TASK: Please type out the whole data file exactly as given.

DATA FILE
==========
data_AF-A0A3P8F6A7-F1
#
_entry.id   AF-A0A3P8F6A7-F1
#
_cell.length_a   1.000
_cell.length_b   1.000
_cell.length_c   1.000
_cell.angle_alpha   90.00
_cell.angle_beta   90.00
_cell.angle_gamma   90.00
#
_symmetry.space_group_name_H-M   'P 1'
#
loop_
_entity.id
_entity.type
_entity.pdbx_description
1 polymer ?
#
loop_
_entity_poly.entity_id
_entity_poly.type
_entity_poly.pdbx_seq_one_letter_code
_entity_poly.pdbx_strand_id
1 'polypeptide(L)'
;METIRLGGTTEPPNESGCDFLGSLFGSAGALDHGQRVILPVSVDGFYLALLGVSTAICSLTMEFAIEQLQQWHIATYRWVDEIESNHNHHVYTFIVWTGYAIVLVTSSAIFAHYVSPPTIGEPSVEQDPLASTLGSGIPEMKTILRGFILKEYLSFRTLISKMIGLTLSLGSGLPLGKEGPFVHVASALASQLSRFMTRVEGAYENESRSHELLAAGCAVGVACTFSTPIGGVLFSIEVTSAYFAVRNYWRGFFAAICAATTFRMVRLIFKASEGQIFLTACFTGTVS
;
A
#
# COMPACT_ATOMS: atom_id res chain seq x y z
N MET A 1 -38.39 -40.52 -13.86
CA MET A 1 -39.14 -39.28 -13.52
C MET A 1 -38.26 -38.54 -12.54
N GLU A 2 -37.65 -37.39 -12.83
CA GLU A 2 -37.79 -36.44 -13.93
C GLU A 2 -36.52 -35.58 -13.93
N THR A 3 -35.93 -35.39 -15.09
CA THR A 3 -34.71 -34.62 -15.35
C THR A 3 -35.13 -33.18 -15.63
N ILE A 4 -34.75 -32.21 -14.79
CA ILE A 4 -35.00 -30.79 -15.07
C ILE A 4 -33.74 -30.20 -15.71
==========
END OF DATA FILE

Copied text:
data_AF-A0A3P8F6A7-F1
#
_entry.id   AF-A0A3P8F6A7-F1
#
_cell.length_a   1.000
_cell.length_b   1.000
_cell.length_c   1.000
_cell.angle_alpha   90.00
_cell.angle_beta   90.00
_cell.angle_gamma   90.00
#
_symmetry.space_group_name_H-M   'P 1'
#
loop_
_entity.id
_entity.type
_entity.pdbx_description
1 polymer ?
#
loop_
_entity_poly.entity_id
_entity_poly.type
_entity_poly.pdbx_seq_one_letter_code
_entity_poly.pdbx_strand_id
1 'polypeptide(L)'
;METIRLGGTTEPPNESGCDFLGSLFGSAGALDHGQRVILPVSVDGFYLALLGVSTAICSLTMEFAIEQLQQWHIATYRWVDEIESNHNHHVYTFIVWTGYAIVLVTSSAIFAHYVSPPTIGEPSVEQDPLASTLGSGIPEMKTILRGFILKEYLSFRTLISKMIGLTLSLGSGLPLGKEGPFVHVASALASQLSRFMTRVEGAYENESRSHELLAAGCAVGVACTFSTPIGGVLFSIEVTSAYFAVRNYWRGFFAAICAATTFRMVRLIFKASEGQIFLTACFTGTVS
;
A
#
# COMPACT_ATOMS: atom_id res chain seq x y z
N MET A 1 -38.39 -40.52 -13.86
CA MET A 1 -39.14 -39.28 -13.52
C MET A 1 -38.26 -38.54 -12.54
N GLU A 2 -37.65 -37.39 -12.83
CA GLU A 2 -37.79 -36.44 -13.93
C GLU A 2 -36.52 -35.58 -13.93
N THR A 3 -35.93 -35.39 -15.09
CA THR A 3 -34.71 -34.62 -15.35
C THR A 3 -35.13 -33.18 -15.63
N ILE A 4 -34.75 -32.21 -14.79
CA ILE A 4 -35.00 -30.79 -15.07
C ILE A 4 -33.74 -30.20 -15.71